• Need for global conservation assessments and frameworks to include airspace habitat
    Conserv. Biol. (IF 5.405) Pub Date : 2020-09-25
    Sergio A. Lambertucci; Karina L. Speziale

    Article impact statement: The pervasive human‐driven decline of life on Earth points to the need for transformative change in the airspace.

  • Global protected-area coverage and human pressure on tidal flats.
    Conserv. Biol. (IF 5.405) Pub Date : 2020-09-23
    Narelle K Hill,Bradley K Woodworth,Stuart R Phinn,Nicholas J Murray,Richard A Fuller

    Tidal flats are a globally distributed coastal ecosystem important for supporting biodiversity and ecosystem services. Local to continental‐scale studies have documented rapid loss of tidal habitat driven by human impacts, but assessments of progress in their conservation are lacking. We analysed human pressure on tidal flats, and measured their representation in protected areas using a newly developed

  • Cover Caption
    Conserv. Biol. (IF 5.405) Pub Date : 2020-09-24

    Cover: The Southern Royal Albatross (Diomedea epomophora), here a nesting individual on Campbell Island, New Zealand, has, at 28 years, the longest generation time of all birds. Generation length is a useful metric that informs adaptability, bycatch sustainability, and extinction risk. Data on the life‐history traits that affect generation length (first reproduction, maximum longevity, and annual adult

  • Message framing in the time of the precautionary principle: response to Martell and Rodewald 2019.
    Conserv. Biol. (IF 5.405) Pub Date : 2020-07-30
    Alexander M Kusmanoff

    Martell and Rodewald (2019) considered the recent changes made by The Guardian to its style guide. These changes include the reframing of climate change as climate emergency, crisis, or breakdown and global warming as global heating (Carrington 2019). The Guardian’s goal in making these changes is to “more accurately describe the environmental crises facing the world” and to “ensure that we are being

  • Rethinking the Ecology of Towns and Villages
    Conserv. Biol. (IF 5.405) Pub Date : 2020-07-27
    Ezequiel González

    Towns, Ecology, and the Land. Forman, R.T.T. 2019. Cambridge University Press, Cambridge, U.K. xviii+ 585 pp. £39.99 (paperback). ISBN 978‐1‐316‐64860‐5. In its beginnings, ecology as a discipline focused mainly on the study of natural, pristine environments to understand their structure and functioning. Later on, as human impacts on the planet became more evident, the interest in anthropogenic habitats

  • The Land of Orangutans through the Lens of Science
    Conserv. Biol. (IF 5.405) Pub Date : 2020-07-27
    Gabor Pozsgai

    The Ecology of Tropical East Asia. Corlett, R. T. 2019. Oxford University Press, Oxford, U.K. 3rd edition. 320 pp. £45.99 (paperback). ISBN 978‐0‐19‐881702‐4. Images of deforestation for to make way for oil‐palm plantations and dying baby orangutans are easily associated with Tropical East Asia (TEA) on most social media. Reality, as always, is more complex. Those who are interested in the intricate

  • Noted with Interest
    Conserv. Biol. (IF 5.405) Pub Date : 2020-07-27

    Biological Control. Ecology and Applications. Heimpel, G. E., and N. J. Mills. 2017. Cambridge University Press, Cambridge, U.K. x. ii+380 pp. £47.99 (hardcover). ISBN 978‐0‐521‐84514‐4. The topic seemingly has little to do with conservation biology, yet this is a good reminder that one should not judge a book by its cover. The authors, two eminent practitioners of biological control, synthesise the

  • Book Reviewers, January–December 2019
    Conserv. Biol. (IF 5.405) Pub Date : 2020-09-02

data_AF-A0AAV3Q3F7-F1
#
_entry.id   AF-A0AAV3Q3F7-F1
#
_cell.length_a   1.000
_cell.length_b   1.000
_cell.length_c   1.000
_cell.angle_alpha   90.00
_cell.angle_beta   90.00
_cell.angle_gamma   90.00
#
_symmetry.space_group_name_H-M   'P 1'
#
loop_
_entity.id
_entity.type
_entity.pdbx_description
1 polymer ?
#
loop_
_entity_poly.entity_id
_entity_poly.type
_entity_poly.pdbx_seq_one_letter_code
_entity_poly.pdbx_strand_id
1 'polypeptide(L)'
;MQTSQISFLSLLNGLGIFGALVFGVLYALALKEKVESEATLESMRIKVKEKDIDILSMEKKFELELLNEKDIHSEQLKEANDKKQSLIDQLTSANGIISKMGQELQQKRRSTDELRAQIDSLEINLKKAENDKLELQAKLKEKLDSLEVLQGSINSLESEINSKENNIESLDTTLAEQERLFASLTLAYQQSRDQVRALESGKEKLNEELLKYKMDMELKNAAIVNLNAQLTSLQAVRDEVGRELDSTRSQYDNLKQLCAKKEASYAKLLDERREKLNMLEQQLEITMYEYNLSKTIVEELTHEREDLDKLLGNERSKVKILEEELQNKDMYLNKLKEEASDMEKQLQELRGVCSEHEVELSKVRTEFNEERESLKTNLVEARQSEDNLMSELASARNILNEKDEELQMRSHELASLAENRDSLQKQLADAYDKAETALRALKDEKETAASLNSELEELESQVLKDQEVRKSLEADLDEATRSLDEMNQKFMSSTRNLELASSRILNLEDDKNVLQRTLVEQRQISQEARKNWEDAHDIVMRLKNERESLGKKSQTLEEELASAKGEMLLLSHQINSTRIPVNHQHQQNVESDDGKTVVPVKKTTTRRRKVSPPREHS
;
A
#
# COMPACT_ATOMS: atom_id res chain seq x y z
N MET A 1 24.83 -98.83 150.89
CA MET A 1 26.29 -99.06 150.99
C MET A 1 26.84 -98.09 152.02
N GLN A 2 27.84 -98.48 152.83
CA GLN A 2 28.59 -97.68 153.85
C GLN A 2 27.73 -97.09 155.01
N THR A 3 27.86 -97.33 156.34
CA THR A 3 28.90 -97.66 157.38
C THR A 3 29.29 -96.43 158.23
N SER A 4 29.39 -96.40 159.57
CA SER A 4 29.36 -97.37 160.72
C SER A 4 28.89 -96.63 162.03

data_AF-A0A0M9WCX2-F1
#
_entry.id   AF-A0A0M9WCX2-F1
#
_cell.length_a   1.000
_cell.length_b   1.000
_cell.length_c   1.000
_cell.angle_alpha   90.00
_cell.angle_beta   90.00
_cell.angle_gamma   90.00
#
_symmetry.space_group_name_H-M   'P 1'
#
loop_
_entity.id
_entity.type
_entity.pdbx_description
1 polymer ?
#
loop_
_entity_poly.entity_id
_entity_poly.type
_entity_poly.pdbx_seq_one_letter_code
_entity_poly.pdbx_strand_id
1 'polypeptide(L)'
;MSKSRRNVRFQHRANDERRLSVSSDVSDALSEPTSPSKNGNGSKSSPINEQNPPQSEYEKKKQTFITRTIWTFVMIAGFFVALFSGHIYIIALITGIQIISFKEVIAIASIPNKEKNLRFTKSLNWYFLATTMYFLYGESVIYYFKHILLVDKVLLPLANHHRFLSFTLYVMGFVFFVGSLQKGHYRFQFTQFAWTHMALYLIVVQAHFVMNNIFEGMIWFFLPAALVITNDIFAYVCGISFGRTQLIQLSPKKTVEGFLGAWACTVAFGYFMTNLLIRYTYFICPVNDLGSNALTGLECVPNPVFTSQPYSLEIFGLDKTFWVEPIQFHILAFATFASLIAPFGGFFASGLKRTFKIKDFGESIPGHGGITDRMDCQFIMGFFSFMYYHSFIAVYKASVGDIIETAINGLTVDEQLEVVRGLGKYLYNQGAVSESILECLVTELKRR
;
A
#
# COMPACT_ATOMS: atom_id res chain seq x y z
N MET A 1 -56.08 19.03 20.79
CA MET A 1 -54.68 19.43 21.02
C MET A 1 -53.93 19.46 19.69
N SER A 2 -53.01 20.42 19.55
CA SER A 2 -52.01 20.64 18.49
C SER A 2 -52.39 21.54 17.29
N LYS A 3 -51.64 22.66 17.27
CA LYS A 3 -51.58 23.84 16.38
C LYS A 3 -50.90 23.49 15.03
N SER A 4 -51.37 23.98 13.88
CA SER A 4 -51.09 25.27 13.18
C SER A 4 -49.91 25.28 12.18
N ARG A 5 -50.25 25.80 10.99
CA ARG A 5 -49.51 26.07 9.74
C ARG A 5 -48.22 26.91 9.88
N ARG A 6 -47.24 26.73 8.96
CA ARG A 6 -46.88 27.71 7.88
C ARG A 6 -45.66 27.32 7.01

We thank the following colleagues for assisting Conservation Biology with book reviews to encourage reading of in‐depth conservation works. Book Reviewers P. A. V. Borges L. Bradford S. C. Cork M. Desrosseaux M. Ferrante M. Furtado E. Gonzalez T. Gruber F. Jordán G. Krőel‐Dulay Z. Molnár R. Moorehouse V. Novotny T. Price K. Sam M. Sárospataki M. Scott G. Szövényi P. Török I. Trukhanova Reviewers for

  • Books Received (March 2019–May 2020)
    Conserv. Biol. (IF 5.405) Pub Date : 2020-09-05

    A Coast of Scenic Wonders. Coastal Geology and Ecology of the Outer Coast of Oregon and Washington and the Strait of Juan de Fuca. Hayes, M. O., and J. Michel. 2019. Pandion Books, Columbia, SC, U.S.A. xiv+229 pp. US$29.95 (paperback). ISBN 978‐0‐981‐6618‐5‐8. A Practical Guide for Genetic Management of Fragmented Animal and Plant Populations. Frankham, R., J.D. Ballou, K. Ralls, M.D.B. Eldridge, M

  • The Time for Insects Is Now Insect Conservation: A Global Synthesis. Samways, M.J.2019. CABI, Oxford, UK. 560 pp. £55.00 (paperback). ISBN 9781789241679.
    Conserv. Biol. (IF 5.405) Pub Date : 2020-09-22
    Pedro Cardoso

    “Synthesis: the mixing of different ideas, influences, or things to make a whole that is different, or new” (dictionary.cambridge.org/dictionary/english/synthesis). This is what Michael Samways set out to provide in this 500+ page volume. I guess this much space is required just to begin tackling a problem with millions of actors. Millions of actors that are now in the middle of an apocalyptic movie

  • Conservation optimism and reckoning with the future.
    Conserv. Biol. (IF 5.405) Pub Date : 2020-07-29
    Luiz R R Faria

    Article impact statement: The optimism permeating biological conservation should be recalibrated considering the future that present times portend.

  • Relative influence of environmental factors and fishing on coral reef fish assemblages.
    Conserv. Biol. (IF 5.405) Pub Date : 2020-09-16
    Eva C McClure,Andrew S Hoey,Katherine T Sievers,Rene A Abesamis,Garry R Russ

    Understanding whether assemblages of species respond more strongly to bottom‐up (availability of trophic resources and/or habitats) or top‐down (predation pressure) processes is important for effective management of resources and ecosystems. Here, we determine the relative influence of environmental factors and predation by humans in shaping the density, biomass and species richness of four medium‐bodied